A 16-year-old boy allegedly punched and kicked 19-year-old law student Laa Chol before disposing of the knife used to stab her, a Melbourne court has heard.
- Prosecutor says the accused took a knife from Ms Chol’s alleged killer after the attack
- Defence lawyer admits there was a fight between the accused and Ms Chol
- Defence argues there is no evidence the accused was immediately aware of Ms Chol’s life-threatening injuries
The boy was charged with being an accessory to murder and assault after Ms Chol was attacked at a short-stay apartment at the EQ Tower in Melbourne on July 21.
Ms Chol died from her injuries shortly after the attack.
The ABC is bound by strict legal restrictions on the reporting of matters in the Children’s Court.
The magistrate viewed footage from a CCTV camera located in the hallway outside the room, which showed events from 5:15am on July 21.
“This accused can be seen punching and kicking the victim,” the prosecutor told the court.
The other boy allegedly involved in the attack — a 17-year-old male facing a murder charge — “pulled a knife from his pocket” and then stabbed Ms Chol, the court heard.
Ms Chol then went “back into the room they’ve rented and [collapsed] inside the room,” the prosecutor said.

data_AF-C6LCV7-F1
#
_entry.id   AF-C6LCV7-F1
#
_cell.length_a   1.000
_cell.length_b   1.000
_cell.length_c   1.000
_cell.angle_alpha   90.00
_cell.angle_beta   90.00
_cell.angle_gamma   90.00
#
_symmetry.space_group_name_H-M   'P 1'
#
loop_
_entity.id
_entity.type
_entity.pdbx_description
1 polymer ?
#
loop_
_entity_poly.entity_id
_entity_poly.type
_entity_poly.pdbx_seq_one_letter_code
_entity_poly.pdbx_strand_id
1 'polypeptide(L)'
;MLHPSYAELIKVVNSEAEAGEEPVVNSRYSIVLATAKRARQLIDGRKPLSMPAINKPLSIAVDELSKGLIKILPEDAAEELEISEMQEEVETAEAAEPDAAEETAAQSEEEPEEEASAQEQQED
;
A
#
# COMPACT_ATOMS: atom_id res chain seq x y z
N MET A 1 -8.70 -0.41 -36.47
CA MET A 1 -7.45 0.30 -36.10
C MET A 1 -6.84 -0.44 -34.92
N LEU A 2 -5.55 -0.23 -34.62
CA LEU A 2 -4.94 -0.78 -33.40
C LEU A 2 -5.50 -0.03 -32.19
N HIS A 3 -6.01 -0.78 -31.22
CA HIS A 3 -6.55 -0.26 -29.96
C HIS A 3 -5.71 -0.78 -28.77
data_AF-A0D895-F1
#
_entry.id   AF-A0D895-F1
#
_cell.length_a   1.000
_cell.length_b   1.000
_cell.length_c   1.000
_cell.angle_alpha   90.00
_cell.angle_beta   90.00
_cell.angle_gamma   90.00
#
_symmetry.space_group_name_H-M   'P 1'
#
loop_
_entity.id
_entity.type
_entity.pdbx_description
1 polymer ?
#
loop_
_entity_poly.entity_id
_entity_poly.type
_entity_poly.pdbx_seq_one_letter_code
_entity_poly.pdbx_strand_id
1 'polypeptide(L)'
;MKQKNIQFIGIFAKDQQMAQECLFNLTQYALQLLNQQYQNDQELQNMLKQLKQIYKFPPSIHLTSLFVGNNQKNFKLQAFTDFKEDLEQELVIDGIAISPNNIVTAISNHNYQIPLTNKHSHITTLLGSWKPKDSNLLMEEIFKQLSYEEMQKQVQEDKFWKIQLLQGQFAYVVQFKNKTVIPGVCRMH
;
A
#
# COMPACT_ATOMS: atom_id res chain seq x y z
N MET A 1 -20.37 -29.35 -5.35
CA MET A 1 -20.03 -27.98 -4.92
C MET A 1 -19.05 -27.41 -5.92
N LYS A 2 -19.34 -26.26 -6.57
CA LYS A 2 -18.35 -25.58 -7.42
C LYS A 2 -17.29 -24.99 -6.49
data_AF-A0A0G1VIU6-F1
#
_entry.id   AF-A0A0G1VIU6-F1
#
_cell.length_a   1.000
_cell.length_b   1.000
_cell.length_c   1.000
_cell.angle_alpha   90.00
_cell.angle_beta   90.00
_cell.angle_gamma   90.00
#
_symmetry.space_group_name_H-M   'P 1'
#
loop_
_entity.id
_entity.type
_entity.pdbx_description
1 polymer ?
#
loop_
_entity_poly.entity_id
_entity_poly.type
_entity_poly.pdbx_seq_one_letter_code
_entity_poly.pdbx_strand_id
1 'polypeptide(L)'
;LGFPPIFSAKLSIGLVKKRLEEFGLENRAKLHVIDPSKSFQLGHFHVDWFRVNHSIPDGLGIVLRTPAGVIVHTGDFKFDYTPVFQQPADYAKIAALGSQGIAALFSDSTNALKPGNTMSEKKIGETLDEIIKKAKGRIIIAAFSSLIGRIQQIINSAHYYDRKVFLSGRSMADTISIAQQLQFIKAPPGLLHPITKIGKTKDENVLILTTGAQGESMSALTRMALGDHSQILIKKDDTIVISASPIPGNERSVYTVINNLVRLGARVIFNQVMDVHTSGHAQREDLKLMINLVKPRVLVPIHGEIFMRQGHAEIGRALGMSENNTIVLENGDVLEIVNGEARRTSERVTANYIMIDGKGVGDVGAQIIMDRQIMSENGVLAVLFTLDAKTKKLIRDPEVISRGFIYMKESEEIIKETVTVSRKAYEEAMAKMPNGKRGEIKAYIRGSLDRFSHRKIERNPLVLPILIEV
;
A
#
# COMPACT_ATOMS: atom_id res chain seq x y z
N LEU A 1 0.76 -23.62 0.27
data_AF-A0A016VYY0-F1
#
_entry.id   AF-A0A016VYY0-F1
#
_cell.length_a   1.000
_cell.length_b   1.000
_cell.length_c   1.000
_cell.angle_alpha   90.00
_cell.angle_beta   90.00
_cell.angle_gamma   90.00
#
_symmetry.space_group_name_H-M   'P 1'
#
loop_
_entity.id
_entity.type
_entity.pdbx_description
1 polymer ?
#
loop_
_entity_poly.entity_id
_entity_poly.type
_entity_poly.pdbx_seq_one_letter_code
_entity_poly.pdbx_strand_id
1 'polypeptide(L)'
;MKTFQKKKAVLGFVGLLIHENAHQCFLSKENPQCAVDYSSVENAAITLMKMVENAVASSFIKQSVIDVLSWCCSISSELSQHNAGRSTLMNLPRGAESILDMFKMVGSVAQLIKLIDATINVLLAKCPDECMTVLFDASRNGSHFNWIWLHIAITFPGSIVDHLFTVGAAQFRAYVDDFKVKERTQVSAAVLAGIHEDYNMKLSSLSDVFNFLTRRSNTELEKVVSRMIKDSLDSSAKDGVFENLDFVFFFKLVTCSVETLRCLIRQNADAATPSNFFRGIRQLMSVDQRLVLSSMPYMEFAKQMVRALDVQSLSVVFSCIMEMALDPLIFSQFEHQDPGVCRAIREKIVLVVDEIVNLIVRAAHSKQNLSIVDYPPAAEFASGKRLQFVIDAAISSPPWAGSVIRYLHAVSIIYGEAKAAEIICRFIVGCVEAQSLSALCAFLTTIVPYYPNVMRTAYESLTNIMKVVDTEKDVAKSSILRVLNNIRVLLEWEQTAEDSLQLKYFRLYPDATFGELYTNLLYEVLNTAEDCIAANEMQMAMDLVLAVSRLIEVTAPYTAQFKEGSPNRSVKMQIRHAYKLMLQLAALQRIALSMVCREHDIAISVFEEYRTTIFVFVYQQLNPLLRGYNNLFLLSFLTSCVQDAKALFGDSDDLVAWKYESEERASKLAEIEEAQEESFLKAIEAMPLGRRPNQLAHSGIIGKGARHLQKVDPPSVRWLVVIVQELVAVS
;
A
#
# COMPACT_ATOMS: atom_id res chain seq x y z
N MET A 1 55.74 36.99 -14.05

The court heard the 17-year-old — Ms Chol’s alleged killer — then put his fingers to his lips and made a “shhh-type motion” before the accused gestured for him to hand over the knife.
The knife was not found by police.
‘No evidence’ accused was aware of fatal injuries
The boy’s defence lawyer admitted his client and Ms Chol were involved in a fight.
“He admits to the fight,” the defence lawyer said.
“They [were] facing each other and they [were] assaulting each other.”
The court heard witnesses were talking about Ms Chol bleeding and being stabbed.
The defence lawyer said there was no evidence his client was aware as he took the lift to the ground floor that Ms Chol had suffered life-threatening injuries.
“[The prosecution] have to prove that he was aware about the murder … that he’s aware that he’s committed an indictable offence when he’s done what he is alleged to have done,” the defence lawyer said.
Today’s hearing was delayed because the accused did not show up for the morning hearing.
“It won’t go away just because you don’t turn up,” the magistrate warned him.
The prosecution questioned whether the case should be dealt with by the Supreme Court where the maximum sentence for accessory to murder is 20 years rather than the Children’s Court where the term would be three to four years.
The boy’s case will return to court on November 1.